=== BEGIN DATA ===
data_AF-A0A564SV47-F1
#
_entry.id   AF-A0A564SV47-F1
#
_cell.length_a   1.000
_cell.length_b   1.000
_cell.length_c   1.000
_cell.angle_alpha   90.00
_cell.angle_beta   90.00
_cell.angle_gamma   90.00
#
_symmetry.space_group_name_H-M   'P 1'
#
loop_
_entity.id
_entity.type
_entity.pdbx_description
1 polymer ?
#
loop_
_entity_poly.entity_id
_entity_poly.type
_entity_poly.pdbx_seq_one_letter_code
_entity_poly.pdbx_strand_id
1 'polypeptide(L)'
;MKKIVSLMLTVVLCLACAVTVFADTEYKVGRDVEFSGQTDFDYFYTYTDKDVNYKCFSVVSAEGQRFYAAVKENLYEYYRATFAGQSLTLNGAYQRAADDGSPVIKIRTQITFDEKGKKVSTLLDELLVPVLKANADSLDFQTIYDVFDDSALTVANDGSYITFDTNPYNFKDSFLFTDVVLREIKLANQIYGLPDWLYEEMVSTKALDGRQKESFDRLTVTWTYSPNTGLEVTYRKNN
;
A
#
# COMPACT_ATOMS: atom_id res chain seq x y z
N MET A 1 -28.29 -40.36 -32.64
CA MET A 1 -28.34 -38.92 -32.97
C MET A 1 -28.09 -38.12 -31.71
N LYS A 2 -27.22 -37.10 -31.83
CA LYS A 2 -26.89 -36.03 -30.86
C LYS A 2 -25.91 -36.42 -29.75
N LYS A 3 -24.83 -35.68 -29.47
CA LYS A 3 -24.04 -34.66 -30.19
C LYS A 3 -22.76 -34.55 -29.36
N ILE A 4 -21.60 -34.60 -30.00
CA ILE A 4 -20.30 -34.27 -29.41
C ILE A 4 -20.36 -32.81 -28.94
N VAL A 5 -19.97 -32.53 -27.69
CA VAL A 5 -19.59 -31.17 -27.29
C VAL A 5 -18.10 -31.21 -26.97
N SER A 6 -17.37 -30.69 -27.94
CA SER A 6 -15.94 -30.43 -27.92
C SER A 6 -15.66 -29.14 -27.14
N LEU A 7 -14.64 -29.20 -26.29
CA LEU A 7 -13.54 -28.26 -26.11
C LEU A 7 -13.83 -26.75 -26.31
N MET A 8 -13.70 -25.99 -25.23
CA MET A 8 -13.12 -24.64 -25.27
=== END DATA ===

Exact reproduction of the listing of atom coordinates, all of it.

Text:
data_AF-A0A564SV47-F1
#
_entry.id   AF-A0A564SV47-F1
#
_cell.length_a   1.000
_cell.length_b   1.000
_cell.length_c   1.000
_cell.angle_alpha   90.00
_cell.angle_beta   90.00
_cell.angle_gamma   90.00
#
_symmetry.space_group_name_H-M   'P 1'
#
loop_
_entity.id
_entity.type
_entity.pdbx_description
1 polymer ?
#
loop_
_entity_poly.entity_id
_entity_poly.type
_entity_poly.pdbx_seq_one_letter_code
_entity_poly.pdbx_strand_id
1 'polypeptide(L)'
;MKKIVSLMLTVVLCLACAVTVFADTEYKVGRDVEFSGQTDFDYFYTYTDKDVNYKCFSVVSAEGQRFYAAVKENLYEYYRATFAGQSLTLNGAYQRAADDGSPVIKIRTQITFDEKGKKVSTLLDELLVPVLKANADSLDFQTIYDVFDDSALTVANDGSYITFDTNPYNFKDSFLFTDVVLREIKLANQIYGLPDWLYEEMVSTKALDGRQKESFDRLTVTWTYSPNTGLEVTYRKNN
;
A
#
# COMPACT_ATOMS: atom_id res chain seq x y z
N MET A 1 -28.29 -40.36 -32.64
CA MET A 1 -28.34 -38.92 -32.97
C MET A 1 -28.09 -38.12 -31.71
N LYS A 2 -27.22 -37.10 -31.83
CA LYS A 2 -26.89 -36.03 -30.86
C LYS A 2 -25.91 -36.42 -29.75
N LYS A 3 -24.83 -35.68 -29.47
CA LYS A 3 -24.04 -34.66 -30.19
C LYS A 3 -22.76 -34.55 -29.36
N ILE A 4 -21.60 -34.60 -30.00
CA ILE A 4 -20.30 -34.27 -29.41
C ILE A 4 -20.36 -32.81 -28.94
N VAL A 5 -19.97 -32.53 -27.69
CA VAL A 5 -19.59 -31.17 -27.29
C VAL A 5 -18.10 -31.21 -26.97
N SER A 6 -17.37 -30.69 -27.94
CA SER A 6 -15.94 -30.43 -27.92
C SER A 6 -15.66 -29.14 -27.14
N LEU A 7 -14.64 -29.20 -26.29
CA LEU A 7 -13.54 -28.26 -26.11
C LEU A 7 -13.83 -26.75 -26.31
N MET A 8 -13.70 -25.99 -25.23
CA MET A 8 -13.12 -24.64 -25.27